Google outlines the pros and cons of each structure (from this page):

URL structureExample URLProsCons
Country-specific Clear geotargeting
Server location irrelevant
* Easy separation of sites
Expensive (can have limited availability)
Requires more infrastructure
* Strict ccTLD requirements (sometimes)
Subdomains with Easy to set up
Can use Search Console geotargeting
Allows different server locations
Easy separation of sites
* Users might not recognize geotargeting from the URL alone (is "de" the language or country?)
Subdirectories with Easy to set up
Can use Search Console geotargeting
* Low maintenance (same host)
Users might not recognize geotargeting from the URL alone
Single server location
* Separation of sites harder
URL recommended. URL-based segmentation difficult
Users might not recognize geotargeting from the URL alone
* Geotargeting in Search Console is not possible

In addition to Google’s recommendation, here are some more considerations before you structure your website and URLs:


AdvantagesDisadvantagesExample Sites
Preserves all domain authority and link equity to one central domainEasy for press/bloggers to link to the wrong
Quicker to rankLink building in other markets (for eg; Germany) can be more aggressive (pay to play)
Duplicative content risks across domain, anchor text distribution is off (eg; linking to USA content and UK content)


AdvantagesDisadvantagesExample Sites
Clear delineation between propertiesYou are starting from zero which means slow to
Rolled up under a central domain and share of authorityNeed to build independent domain authority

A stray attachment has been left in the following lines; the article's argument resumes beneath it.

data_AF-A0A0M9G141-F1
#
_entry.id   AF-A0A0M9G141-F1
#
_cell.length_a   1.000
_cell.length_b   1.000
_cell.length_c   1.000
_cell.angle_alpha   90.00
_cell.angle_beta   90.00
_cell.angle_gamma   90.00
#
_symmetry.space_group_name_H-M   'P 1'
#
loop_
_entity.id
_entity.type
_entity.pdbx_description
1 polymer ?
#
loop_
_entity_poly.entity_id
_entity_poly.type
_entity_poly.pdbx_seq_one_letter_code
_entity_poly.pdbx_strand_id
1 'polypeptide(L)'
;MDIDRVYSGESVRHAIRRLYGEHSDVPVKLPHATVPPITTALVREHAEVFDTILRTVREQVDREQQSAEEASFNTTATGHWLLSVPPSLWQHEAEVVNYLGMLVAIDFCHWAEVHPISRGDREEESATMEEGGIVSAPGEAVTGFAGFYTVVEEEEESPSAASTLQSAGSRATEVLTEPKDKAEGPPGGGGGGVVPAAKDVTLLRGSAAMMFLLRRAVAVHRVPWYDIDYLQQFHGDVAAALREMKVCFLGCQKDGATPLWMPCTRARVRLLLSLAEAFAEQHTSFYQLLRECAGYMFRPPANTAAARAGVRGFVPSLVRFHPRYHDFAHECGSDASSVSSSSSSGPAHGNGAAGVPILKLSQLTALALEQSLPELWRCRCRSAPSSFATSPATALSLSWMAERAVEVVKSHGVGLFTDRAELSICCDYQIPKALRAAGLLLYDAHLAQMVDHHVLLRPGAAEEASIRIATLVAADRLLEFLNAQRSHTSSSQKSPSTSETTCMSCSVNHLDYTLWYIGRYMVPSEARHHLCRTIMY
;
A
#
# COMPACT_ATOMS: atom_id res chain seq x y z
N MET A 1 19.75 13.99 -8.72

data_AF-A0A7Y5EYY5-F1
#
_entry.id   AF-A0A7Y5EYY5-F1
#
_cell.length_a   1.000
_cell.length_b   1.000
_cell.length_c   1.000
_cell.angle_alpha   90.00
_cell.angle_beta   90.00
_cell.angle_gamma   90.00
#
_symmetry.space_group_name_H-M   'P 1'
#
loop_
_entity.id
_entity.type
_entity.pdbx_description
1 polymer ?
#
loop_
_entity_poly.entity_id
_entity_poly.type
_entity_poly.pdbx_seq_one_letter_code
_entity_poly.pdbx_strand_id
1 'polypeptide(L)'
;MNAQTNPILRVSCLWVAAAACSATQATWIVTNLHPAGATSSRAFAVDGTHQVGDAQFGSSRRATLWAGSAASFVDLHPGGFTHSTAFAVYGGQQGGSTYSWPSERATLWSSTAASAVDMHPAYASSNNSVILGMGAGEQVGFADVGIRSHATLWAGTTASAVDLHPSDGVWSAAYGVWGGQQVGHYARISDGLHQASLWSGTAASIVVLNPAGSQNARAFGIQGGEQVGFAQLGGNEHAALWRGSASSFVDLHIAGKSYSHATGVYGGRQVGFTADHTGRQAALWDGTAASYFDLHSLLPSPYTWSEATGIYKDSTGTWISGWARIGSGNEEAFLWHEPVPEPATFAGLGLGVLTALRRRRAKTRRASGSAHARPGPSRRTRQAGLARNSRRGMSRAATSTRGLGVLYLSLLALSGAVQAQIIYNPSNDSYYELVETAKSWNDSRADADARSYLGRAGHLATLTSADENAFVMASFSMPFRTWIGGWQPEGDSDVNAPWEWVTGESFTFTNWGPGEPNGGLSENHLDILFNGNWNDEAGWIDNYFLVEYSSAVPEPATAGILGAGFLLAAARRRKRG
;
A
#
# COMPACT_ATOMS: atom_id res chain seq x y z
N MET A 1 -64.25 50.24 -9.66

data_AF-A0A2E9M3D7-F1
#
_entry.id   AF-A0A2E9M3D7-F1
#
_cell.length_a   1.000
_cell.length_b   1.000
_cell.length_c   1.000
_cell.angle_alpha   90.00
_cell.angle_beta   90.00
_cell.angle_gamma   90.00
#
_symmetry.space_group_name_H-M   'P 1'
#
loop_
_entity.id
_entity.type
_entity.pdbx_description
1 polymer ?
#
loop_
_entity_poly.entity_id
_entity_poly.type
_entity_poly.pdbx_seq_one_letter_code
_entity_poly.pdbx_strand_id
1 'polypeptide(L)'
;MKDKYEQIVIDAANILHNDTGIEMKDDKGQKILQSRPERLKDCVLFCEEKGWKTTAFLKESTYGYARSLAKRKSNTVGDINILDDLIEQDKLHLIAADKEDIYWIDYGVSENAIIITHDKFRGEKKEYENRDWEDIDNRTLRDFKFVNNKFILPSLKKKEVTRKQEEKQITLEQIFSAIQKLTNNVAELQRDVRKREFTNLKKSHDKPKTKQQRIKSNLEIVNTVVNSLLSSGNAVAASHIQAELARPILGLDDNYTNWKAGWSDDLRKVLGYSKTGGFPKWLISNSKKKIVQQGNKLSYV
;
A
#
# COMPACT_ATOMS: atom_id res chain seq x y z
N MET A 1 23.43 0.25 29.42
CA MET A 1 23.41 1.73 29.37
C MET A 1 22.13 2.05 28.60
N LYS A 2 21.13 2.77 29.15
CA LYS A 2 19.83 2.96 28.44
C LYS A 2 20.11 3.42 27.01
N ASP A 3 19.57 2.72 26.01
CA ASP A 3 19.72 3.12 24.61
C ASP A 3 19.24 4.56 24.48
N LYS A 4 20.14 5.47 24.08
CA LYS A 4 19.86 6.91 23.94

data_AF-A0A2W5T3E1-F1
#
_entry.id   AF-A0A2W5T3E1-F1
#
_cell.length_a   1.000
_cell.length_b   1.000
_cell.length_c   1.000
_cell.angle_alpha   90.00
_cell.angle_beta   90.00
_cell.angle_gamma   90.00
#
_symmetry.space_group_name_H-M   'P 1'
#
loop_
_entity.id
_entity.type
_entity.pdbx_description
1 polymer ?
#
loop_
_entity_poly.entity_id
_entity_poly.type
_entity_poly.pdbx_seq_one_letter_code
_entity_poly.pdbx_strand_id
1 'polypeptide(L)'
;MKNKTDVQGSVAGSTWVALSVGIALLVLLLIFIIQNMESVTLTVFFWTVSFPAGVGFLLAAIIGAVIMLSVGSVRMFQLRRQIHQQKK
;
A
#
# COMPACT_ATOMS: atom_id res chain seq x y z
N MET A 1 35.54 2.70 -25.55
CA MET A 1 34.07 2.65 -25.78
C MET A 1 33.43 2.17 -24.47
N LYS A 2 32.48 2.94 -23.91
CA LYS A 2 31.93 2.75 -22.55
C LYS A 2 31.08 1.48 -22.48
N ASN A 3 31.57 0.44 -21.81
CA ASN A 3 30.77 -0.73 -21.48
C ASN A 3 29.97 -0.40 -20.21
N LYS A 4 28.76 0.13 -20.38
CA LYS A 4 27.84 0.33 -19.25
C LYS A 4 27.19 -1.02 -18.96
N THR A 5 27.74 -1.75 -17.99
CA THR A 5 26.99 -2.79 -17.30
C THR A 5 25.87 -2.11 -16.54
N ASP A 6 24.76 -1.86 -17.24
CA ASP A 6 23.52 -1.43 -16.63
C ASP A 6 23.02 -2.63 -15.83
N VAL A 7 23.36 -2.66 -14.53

Penalty risks are less/low


AdvantagesDisadvantagesExample Sites
Clear delineation between propertiesYou are starting from zero which means slow to
No/low risk for penaltiesNeed to build independent domain authority
CTR/Market Awareness when in search results (people in country might feel more comfortable w/ purchase/engagement)Cost/tech resourcing to country specific rules (eg; Germany: Imprint, office location)
Branding issues if the domains aren’t available

We strongly recommend using the subdirectory or subdomain approach. The ccTLD approach can negatively impact rankings since search engines view each domain as a unique website.


Be Consistent!

Ideally you’ll want to follow a similar site structure for each language, regardless if you use a ccTLD, subdomain, or subdirectory.

HREFLANGs: Tell Google about your alternate language

Regardless of your chosen URL structure, in order for search engines to find the translated version of your pages you must link to them in your HTML so the translated version of each page is easily discoverable.

Google uses <link rel="alternate" href="URL" hreflang="XX" /> annotations to serve the correct language or regional URL in search results. HREFLANG annotations signal that this page has a relationship to an alternate language version at the given URL.